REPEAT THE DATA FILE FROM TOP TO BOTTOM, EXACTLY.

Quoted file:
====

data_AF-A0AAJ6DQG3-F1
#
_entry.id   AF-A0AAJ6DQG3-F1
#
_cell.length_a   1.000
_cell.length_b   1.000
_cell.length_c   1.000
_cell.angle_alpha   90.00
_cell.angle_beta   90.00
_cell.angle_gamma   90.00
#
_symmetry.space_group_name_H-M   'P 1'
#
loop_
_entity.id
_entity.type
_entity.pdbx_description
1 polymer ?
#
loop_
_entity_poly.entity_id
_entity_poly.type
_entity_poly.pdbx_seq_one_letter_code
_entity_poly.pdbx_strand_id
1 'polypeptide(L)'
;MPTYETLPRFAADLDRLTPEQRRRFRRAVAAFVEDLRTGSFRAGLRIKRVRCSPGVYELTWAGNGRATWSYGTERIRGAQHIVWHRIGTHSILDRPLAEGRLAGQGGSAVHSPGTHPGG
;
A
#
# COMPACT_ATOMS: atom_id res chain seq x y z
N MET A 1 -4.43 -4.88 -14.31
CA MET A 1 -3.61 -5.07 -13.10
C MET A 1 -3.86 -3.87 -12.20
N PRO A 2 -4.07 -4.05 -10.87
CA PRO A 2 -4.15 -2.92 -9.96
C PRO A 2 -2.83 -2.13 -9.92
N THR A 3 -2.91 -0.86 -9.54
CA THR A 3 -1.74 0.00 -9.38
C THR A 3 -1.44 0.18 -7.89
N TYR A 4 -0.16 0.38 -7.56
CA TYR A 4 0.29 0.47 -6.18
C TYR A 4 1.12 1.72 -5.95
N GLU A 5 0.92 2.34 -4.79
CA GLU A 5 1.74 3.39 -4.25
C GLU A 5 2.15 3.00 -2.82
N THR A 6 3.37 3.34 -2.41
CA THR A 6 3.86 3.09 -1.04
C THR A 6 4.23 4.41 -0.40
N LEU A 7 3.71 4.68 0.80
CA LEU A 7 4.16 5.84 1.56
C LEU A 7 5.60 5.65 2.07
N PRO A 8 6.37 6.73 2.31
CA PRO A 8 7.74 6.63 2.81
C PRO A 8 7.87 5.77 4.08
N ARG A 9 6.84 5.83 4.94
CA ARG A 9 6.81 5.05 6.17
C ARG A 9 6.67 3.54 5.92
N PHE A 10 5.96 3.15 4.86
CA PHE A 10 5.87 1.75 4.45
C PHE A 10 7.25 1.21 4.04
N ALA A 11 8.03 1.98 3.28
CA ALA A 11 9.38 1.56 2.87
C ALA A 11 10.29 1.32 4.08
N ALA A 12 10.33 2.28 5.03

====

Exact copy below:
data_AF-A0AAJ6DQG3-F1
#
_entry.id   AF-A0AAJ6DQG3-F1
#
_cell.length_a   1.000
_cell.length_b   1.000
_cell.length_c   1.000
_cell.angle_alpha   90.00
_cell.angle_beta   90.00
_cell.angle_gamma   90.00
#
_symmetry.space_group_name_H-M   'P 1'
#
loop_
_entity.id
_entity.type
_entity.pdbx_description
1 polymer ?
#
loop_
_entity_poly.entity_id
_entity_poly.type
_entity_poly.pdbx_seq_one_letter_code
_entity_poly.pdbx_strand_id
1 'polypeptide(L)'
;MPTYETLPRFAADLDRLTPEQRRRFRRAVAAFVEDLRTGSFRAGLRIKRVRCSPGVYELTWAGNGRATWSYGTERIRGAQHIVWHRIGTHSILDRPLAEGRLAGQGGSAVHSPGTHPGG
;
A
#
# COMPACT_ATOMS: atom_id res chain seq x y z
N MET A 1 -4.43 -4.88 -14.31
CA MET A 1 -3.61 -5.07 -13.10
C MET A 1 -3.86 -3.87 -12.20
N PRO A 2 -4.07 -4.05 -10.87
CA PRO A 2 -4.15 -2.92 -9.96
C PRO A 2 -2.83 -2.13 -9.92
N THR A 3 -2.91 -0.86 -9.54
CA THR A 3 -1.74 0.00 -9.38
C THR A 3 -1.44 0.18 -7.89
N TYR A 4 -0.16 0.38 -7.56
CA TYR A 4 0.29 0.47 -6.18
C TYR A 4 1.12 1.72 -5.95
N GLU A 5 0.92 2.34 -4.79
CA GLU A 5 1.74 3.39 -4.25
C GLU A 5 2.15 3.00 -2.82
N THR A 6 3.37 3.34 -2.41
CA THR A 6 3.86 3.09 -1.04
C THR A 6 4.23 4.41 -0.40
N LEU A 7 3.71 4.68 0.80
CA LEU A 7 4.16 5.84 1.56
C LEU A 7 5.60 5.65 2.07
N PRO A 8 6.37 6.73 2.31
CA PRO A 8 7.74 6.63 2.81
C PRO A 8 7.87 5.77 4.08
N ARG A 9 6.84 5.83 4.94
CA ARG A 9 6.81 5.05 6.17
C ARG A 9 6.67 3.54 5.92
N PHE A 10 5.96 3.15 4.86
CA PHE A 10 5.87 1.75 4.45
C PHE A 10 7.25 1.21 4.04
N ALA A 11 8.03 1.98 3.28
CA ALA A 11 9.38 1.56 2.87
C ALA A 11 10.29 1.32 4.08
N ALA A 12 10.33 2.28 5.03